When can you be detained under the Mental Health Act?
In order to be detained under the Mental Health Act 1983 (MHA) you must have a mental disorder and the court must order your detention. Legal advice from a solicitor can clarify what is meant by a mental disorder under the Act.
The MHA defines three types of mental disorder:
- The first is severe mental impairment. This is a state of arrested or incomplete development of the mind, which is responsible for the severe impairment of intelligence and social functioning. It is associated with abnormally aggressive or irresponsible behaviour on behalf of the person concerned
- The second type of mental disorder is mental impairment. This type of mental disorder has the same characteristics as severe mental impairment, but to a lesser extent. Solicitors can advise how these types of mental impairment could impact on any case the person becomes involved in as either a victim or a witness. Civil and criminal law solicitors can advise in these areas
- The third type of mental disorder under the MHA is a psychopathic disorder. This is classified as a persistent disorder or disability of mind which results in abnormally aggressive or seriously irresponsible behaviour by the person concerned
A person also can be detained under the MHA if they have a mental illness. Mental illness is not defined in the MHA but the courts include arrested or incomplete development, psychopathic disorders or any other disorders of the mind as mental illnesses. For example, schizophrenia, eating disorders, and bi-polar disorder are mental illnesses.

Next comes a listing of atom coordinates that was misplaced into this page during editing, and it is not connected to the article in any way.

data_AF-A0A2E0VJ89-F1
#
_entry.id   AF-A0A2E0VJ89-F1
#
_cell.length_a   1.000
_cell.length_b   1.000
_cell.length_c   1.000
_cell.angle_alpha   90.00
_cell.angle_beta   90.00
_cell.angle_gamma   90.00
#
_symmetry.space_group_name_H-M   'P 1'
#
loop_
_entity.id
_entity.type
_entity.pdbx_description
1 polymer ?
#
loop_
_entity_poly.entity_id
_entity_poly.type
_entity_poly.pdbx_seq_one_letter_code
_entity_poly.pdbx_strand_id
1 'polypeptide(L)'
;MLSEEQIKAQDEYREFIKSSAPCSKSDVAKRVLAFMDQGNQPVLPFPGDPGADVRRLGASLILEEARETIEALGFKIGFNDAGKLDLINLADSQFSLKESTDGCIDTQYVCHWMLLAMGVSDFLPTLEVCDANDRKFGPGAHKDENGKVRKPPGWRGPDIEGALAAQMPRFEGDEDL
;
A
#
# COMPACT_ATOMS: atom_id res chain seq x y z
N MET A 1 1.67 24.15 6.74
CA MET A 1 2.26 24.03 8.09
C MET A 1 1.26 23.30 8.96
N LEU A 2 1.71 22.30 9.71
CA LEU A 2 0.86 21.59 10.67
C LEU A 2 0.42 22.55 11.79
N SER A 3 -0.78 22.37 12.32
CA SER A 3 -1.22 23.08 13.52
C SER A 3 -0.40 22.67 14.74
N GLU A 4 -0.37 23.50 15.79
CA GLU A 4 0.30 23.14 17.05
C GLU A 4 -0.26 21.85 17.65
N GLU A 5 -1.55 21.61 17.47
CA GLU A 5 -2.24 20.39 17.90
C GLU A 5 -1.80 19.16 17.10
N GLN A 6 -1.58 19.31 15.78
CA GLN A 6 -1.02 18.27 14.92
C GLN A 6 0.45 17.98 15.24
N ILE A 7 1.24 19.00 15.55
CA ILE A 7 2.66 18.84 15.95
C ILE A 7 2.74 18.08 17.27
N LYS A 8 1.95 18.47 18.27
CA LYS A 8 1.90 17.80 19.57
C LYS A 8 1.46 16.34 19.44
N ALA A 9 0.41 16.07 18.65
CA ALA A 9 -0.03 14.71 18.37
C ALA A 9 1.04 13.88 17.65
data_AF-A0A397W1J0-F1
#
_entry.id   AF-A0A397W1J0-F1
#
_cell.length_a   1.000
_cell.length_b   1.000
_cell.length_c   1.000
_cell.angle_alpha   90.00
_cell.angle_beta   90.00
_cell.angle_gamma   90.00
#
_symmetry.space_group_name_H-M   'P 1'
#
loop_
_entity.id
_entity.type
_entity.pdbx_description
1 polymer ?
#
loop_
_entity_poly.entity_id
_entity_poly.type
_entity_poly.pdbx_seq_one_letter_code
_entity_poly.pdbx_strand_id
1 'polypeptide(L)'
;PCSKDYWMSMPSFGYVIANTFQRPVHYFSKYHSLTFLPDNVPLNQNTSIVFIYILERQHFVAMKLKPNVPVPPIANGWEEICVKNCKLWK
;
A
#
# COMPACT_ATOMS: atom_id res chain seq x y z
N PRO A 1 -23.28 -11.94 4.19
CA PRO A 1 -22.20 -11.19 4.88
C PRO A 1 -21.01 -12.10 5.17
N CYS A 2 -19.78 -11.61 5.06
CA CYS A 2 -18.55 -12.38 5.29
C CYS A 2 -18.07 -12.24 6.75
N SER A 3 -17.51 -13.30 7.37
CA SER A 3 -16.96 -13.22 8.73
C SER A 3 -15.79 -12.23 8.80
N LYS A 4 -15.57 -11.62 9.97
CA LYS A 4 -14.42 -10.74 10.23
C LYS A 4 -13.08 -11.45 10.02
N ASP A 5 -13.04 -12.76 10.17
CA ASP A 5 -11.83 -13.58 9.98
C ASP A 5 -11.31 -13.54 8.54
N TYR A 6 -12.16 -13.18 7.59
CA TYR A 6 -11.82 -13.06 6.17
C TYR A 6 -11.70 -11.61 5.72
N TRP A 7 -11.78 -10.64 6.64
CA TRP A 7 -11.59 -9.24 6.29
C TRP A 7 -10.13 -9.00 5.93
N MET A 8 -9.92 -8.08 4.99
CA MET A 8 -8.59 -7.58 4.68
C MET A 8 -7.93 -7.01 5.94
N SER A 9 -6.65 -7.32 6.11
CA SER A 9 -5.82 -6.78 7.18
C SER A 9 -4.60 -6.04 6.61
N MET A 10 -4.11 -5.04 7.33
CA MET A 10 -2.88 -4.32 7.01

In addition to the requirement to have a mental disorder or illness, the person must be also considered a threat to their own health and safety or the safety of others, in order for the court to order their detention. This opinion must be given in writing by two registered medical practitioners in the application for assessment and treatment.
The medical practitioners must have seen the person within five days of each other when an application is made under sections 2 and 3 of the MHA. If an application is made under section 4, the medical practitioners must have seen the person within the last 24 hours. A person can also be detained for 72 hours under section 5 of the MHA if they are already in a hospital as a voluntary patient but a doctor or nurse believes they should be prevented from leaving. A solicitor should be contacted in these cases to ensure the best interests of the patient are protected at all times.
If you would like to obtain legal advice on a person's rights during detention under the Mental Health Act, Caven can put you in touch with a local specialist family solicitor free of charge. So, if you have any questions or would like our help in finding local family solicitors please call us on 08001 221 2299 or complete the web-form above.
- Last Updated on 01/02/2012